Why Data Quality Management is Essential for Analytics
When implementing and/or maintaining analytic operations, data quality is of the utmost importance for a variety of reasons.
On one hand, the answer to this question is obvious. If the data is of poor quality, the insights from analytics will be flawed. On the other hand, if people interpret data quality as needing perfect data before beginning analytics, analytics will never begin because the data is never perfect. We need to explore the tradeoff between ever-higher expenditures to squeeze the last few imperfections out of the data and the ever-lower increments to insights that flow from that last bit of data quality.
Second, many organizations assume that once data is clean, it stays clean. However, data must be checked and recleansed periodically. Companies reorganize. They merge and divest. Product lines are bought and sold. New categories emerge. People are born, grow up, and die. So do organizations. Data must reflect these changes to remain relevant over time.
Also, organizations can and should put in process changes to maximize the quality of data entering the organization, rather than cleaning it up on the back end. This TQM or six sigma approach to data quality will pay dividends, increasing the quality of the insights gleaned from the data.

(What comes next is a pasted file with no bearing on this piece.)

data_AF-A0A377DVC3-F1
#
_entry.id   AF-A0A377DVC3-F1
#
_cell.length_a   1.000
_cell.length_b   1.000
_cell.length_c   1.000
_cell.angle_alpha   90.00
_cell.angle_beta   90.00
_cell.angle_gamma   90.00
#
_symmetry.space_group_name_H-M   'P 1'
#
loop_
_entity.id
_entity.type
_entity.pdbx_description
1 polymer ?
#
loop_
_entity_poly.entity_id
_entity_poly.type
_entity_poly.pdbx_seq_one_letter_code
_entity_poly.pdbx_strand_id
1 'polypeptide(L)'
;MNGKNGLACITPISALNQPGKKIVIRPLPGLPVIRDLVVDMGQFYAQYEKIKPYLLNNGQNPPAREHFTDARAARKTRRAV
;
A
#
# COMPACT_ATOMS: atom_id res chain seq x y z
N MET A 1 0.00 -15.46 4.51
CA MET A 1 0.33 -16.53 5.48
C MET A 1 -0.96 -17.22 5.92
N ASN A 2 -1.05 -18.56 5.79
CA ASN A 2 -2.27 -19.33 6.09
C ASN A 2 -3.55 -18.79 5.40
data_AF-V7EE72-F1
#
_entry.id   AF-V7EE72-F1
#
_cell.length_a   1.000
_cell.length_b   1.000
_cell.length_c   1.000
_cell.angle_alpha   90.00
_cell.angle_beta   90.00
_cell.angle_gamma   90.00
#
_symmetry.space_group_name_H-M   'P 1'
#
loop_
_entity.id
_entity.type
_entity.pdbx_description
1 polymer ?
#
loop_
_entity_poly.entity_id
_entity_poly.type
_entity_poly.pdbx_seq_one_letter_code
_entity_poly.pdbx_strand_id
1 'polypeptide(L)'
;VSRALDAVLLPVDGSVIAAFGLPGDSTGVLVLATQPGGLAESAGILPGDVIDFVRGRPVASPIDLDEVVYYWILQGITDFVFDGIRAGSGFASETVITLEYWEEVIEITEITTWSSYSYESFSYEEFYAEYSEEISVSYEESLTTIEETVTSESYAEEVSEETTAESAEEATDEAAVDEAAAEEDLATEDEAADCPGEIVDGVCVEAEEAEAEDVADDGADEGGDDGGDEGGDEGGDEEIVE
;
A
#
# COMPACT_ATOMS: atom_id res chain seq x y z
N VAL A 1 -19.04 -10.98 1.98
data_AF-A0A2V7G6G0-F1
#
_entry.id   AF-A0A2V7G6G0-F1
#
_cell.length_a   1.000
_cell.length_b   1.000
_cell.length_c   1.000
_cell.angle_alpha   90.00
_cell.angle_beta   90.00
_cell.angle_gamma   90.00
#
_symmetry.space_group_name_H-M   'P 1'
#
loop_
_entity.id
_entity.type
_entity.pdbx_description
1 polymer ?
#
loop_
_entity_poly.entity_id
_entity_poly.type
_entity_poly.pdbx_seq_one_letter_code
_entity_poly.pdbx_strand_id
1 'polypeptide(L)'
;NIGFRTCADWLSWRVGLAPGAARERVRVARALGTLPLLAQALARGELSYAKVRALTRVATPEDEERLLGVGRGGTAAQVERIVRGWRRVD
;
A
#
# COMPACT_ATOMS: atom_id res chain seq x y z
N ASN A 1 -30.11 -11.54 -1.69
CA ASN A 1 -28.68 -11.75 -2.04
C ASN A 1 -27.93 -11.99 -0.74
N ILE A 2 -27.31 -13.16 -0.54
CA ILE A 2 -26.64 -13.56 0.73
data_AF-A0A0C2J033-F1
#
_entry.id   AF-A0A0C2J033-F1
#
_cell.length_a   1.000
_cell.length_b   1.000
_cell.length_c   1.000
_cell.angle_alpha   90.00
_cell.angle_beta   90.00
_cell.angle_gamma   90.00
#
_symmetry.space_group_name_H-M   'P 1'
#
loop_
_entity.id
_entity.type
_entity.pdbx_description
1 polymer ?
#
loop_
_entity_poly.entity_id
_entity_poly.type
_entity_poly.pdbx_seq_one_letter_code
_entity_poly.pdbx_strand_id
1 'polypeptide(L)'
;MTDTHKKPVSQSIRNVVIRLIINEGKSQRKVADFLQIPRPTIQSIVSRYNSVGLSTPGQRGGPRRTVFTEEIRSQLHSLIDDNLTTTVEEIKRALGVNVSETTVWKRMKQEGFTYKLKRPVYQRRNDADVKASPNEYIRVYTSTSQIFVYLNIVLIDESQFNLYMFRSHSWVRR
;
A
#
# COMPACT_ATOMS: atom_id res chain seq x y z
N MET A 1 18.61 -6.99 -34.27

For these reasons, we believe that organizations need to be concerned, not just with data quality but with data quality management. Data quality is a process, and like any process, it must be managed.
Data must always be of high enough quality that users can trust it. Without trust in the data, users will not heed the insights analytics provides.
In assessing the requirements for how high quality the data must be, we need to look to the process to which it will be put. The smaller the degree of signal one must pull from the noise, the higher the need for high quality data.
For a given application or use case, organizations need to understand what constitutes “good enough” or “fit for purpose” data. Because we are using this data for analytic purposes, some errors may be tolerated. For example, we may have purchases for suppliers we cannot identify. If they are 1% of total purchases, this may be tolerable. If “unknown” becomes 5% of total purchases, this error may be material, and the organization should attempt to discover from whom these purchases were sourced. Often to move the error rate from 10% to 1% will cost as much as to move it from 1% to 0.1%. Is it worth it? There is no easy answer, but organizations need to ask and attempt to answer this question and to get help in order to answer it.
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